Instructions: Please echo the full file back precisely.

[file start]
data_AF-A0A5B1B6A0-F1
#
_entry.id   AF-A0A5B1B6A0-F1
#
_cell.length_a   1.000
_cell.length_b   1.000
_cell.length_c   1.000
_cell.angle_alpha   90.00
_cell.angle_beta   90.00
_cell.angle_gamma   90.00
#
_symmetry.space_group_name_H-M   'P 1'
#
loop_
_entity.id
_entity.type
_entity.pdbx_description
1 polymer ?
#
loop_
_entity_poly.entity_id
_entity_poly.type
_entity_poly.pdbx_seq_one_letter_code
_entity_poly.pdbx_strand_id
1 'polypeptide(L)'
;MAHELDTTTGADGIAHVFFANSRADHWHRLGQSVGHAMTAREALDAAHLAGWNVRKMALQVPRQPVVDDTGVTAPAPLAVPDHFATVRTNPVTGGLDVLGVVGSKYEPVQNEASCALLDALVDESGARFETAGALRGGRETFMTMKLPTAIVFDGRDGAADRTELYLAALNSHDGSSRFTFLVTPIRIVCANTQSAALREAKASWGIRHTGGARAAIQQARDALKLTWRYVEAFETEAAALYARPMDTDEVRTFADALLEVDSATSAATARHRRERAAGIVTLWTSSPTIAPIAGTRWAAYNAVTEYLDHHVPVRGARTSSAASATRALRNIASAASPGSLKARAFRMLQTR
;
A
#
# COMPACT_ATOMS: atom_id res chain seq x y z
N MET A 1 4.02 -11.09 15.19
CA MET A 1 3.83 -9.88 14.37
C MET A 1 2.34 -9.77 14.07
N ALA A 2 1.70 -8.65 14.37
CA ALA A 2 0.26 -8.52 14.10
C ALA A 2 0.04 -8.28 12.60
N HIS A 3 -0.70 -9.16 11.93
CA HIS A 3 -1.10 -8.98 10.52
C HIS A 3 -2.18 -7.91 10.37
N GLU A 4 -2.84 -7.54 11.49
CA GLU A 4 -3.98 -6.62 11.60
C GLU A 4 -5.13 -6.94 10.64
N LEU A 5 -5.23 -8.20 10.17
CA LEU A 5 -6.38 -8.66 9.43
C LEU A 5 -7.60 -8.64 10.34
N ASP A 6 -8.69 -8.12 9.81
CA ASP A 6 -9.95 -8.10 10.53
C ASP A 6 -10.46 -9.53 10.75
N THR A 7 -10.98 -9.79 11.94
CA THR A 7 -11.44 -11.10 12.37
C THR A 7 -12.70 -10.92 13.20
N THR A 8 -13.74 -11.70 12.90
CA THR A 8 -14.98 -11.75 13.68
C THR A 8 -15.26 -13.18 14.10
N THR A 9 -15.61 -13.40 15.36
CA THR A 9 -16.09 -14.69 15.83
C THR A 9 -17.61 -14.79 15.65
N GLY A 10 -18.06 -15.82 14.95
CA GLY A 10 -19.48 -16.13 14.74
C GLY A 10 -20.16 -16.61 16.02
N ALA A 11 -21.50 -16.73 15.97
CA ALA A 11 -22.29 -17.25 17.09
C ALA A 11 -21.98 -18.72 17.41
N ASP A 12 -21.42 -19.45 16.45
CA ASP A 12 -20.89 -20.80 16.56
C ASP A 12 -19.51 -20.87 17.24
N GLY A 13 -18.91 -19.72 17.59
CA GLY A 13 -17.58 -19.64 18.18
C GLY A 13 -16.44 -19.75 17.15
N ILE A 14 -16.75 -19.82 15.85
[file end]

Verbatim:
data_AF-A0A5B1B6A0-F1
#
_entry.id   AF-A0A5B1B6A0-F1
#
_cell.length_a   1.000
_cell.length_b   1.000
_cell.length_c   1.000
_cell.angle_alpha   90.00
_cell.angle_beta   90.00
_cell.angle_gamma   90.00
#
_symmetry.space_group_name_H-M   'P 1'
#
loop_
_entity.id
_entity.type
_entity.pdbx_description
1 polymer ?
#
loop_
_entity_poly.entity_id
_entity_poly.type
_entity_poly.pdbx_seq_one_letter_code
_entity_poly.pdbx_strand_id
1 'polypeptide(L)'
;MAHELDTTTGADGIAHVFFANSRADHWHRLGQSVGHAMTAREALDAAHLAGWNVRKMALQVPRQPVVDDTGVTAPAPLAVPDHFATVRTNPVTGGLDVLGVVGSKYEPVQNEASCALLDALVDESGARFETAGALRGGRETFMTMKLPTAIVFDGRDGAADRTELYLAALNSHDGSSRFTFLVTPIRIVCANTQSAALREAKASWGIRHTGGARAAIQQARDALKLTWRYVEAFETEAAALYARPMDTDEVRTFADALLEVDSATSAATARHRRERAAGIVTLWTSSPTIAPIAGTRWAAYNAVTEYLDHHVPVRGARTSSAASATRALRNIASAASPGSLKARAFRMLQTR
;
A
#
# COMPACT_ATOMS: atom_id res chain seq x y z
N MET A 1 4.02 -11.09 15.19
CA MET A 1 3.83 -9.88 14.37
C MET A 1 2.34 -9.77 14.07
N ALA A 2 1.70 -8.65 14.37
CA ALA A 2 0.26 -8.52 14.10
C ALA A 2 0.04 -8.28 12.60
N HIS A 3 -0.70 -9.16 11.93
CA HIS A 3 -1.10 -8.98 10.52
C HIS A 3 -2.18 -7.91 10.37
N GLU A 4 -2.84 -7.54 11.49
CA GLU A 4 -3.98 -6.62 11.60
C GLU A 4 -5.13 -6.94 10.64
N LEU A 5 -5.23 -8.20 10.17
CA LEU A 5 -6.38 -8.66 9.43
C LEU A 5 -7.60 -8.64 10.34
N ASP A 6 -8.69 -8.12 9.81
CA ASP A 6 -9.95 -8.10 10.53
C ASP A 6 -10.46 -9.53 10.75
N THR A 7 -10.98 -9.79 11.94
CA THR A 7 -11.44 -11.10 12.37
C THR A 7 -12.70 -10.92 13.20
N THR A 8 -13.74 -11.70 12.90
CA THR A 8 -14.98 -11.75 13.68
C THR A 8 -15.26 -13.18 14.10
N THR A 9 -15.61 -13.40 15.36
CA THR A 9 -16.09 -14.69 15.83
C THR A 9 -17.61 -14.79 15.65
N GLY A 10 -18.06 -15.82 14.95
CA GLY A 10 -19.48 -16.13 14.74
C GLY A 10 -20.16 -16.61 16.02
N ALA A 11 -21.50 -16.73 15.97
CA ALA A 11 -22.29 -17.25 17.09
C ALA A 11 -21.98 -18.72 17.41
N ASP A 12 -21.42 -19.45 16.45
CA ASP A 12 -20.89 -20.80 16.56
C ASP A 12 -19.51 -20.87 17.24
N GLY A 13 -18.91 -19.72 17.59
CA GLY A 13 -17.58 -19.64 18.18
C GLY A 13 -16.44 -19.75 17.15
N ILE A 14 -16.75 -19.82 15.85